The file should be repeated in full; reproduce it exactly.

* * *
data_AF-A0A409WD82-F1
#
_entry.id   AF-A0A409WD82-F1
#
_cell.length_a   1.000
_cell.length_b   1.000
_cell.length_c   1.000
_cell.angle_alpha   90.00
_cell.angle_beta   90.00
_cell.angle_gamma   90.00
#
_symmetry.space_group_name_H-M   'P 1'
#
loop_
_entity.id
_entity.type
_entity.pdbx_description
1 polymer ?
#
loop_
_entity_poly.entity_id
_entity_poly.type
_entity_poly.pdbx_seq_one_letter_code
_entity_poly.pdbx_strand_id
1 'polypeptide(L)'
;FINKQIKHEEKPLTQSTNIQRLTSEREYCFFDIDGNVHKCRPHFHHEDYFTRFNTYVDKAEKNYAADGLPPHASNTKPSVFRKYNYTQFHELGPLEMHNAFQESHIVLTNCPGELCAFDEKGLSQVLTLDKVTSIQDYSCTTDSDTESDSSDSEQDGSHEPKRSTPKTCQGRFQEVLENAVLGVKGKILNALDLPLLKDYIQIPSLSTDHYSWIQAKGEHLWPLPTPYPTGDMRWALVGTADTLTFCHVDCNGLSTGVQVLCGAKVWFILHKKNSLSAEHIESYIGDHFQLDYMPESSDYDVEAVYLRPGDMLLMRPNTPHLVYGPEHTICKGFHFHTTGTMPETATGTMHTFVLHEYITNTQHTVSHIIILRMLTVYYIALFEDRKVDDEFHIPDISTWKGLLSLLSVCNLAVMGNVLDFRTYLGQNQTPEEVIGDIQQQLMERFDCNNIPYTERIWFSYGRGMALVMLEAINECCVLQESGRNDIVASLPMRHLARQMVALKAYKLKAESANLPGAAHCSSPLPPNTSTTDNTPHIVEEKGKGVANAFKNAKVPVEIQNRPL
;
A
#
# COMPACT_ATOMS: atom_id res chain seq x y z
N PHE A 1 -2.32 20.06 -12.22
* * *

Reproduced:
data_AF-A0A409WD82-F1
#
_entry.id   AF-A0A409WD82-F1
#
_cell.length_a   1.000
_cell.length_b   1.000
_cell.length_c   1.000
_cell.angle_alpha   90.00
_cell.angle_beta   90.00
_cell.angle_gamma   90.00
#
_symmetry.space_group_name_H-M   'P 1'
#
loop_
_entity.id
_entity.type
_entity.pdbx_description
1 polymer ?
#
loop_
_entity_poly.entity_id
_entity_poly.type
_entity_poly.pdbx_seq_one_letter_code
_entity_poly.pdbx_strand_id
1 'polypeptide(L)'
;FINKQIKHEEKPLTQSTNIQRLTSEREYCFFDIDGNVHKCRPHFHHEDYFTRFNTYVDKAEKNYAADGLPPHASNTKPSVFRKYNYTQFHELGPLEMHNAFQESHIVLTNCPGELCAFDEKGLSQVLTLDKVTSIQDYSCTTDSDTESDSSDSEQDGSHEPKRSTPKTCQGRFQEVLENAVLGVKGKILNALDLPLLKDYIQIPSLSTDHYSWIQAKGEHLWPLPTPYPTGDMRWALVGTADTLTFCHVDCNGLSTGVQVLCGAKVWFILHKKNSLSAEHIESYIGDHFQLDYMPESSDYDVEAVYLRPGDMLLMRPNTPHLVYGPEHTICKGFHFHTTGTMPETATGTMHTFVLHEYITNTQHTVSHIIILRMLTVYYIALFEDRKVDDEFHIPDISTWKGLLSLLSVCNLAVMGNVLDFRTYLGQNQTPEEVIGDIQQQLMERFDCNNIPYTERIWFSYGRGMALVMLEAINECCVLQESGRNDIVASLPMRHLARQMVALKAYKLKAESANLPGAAHCSSPLPPNTSTTDNTPHIVEEKGKGVANAFKNAKVPVEIQNRPL
;
A
#
# COMPACT_ATOMS: atom_id res chain seq x y z
N PHE A 1 -2.32 20.06 -12.22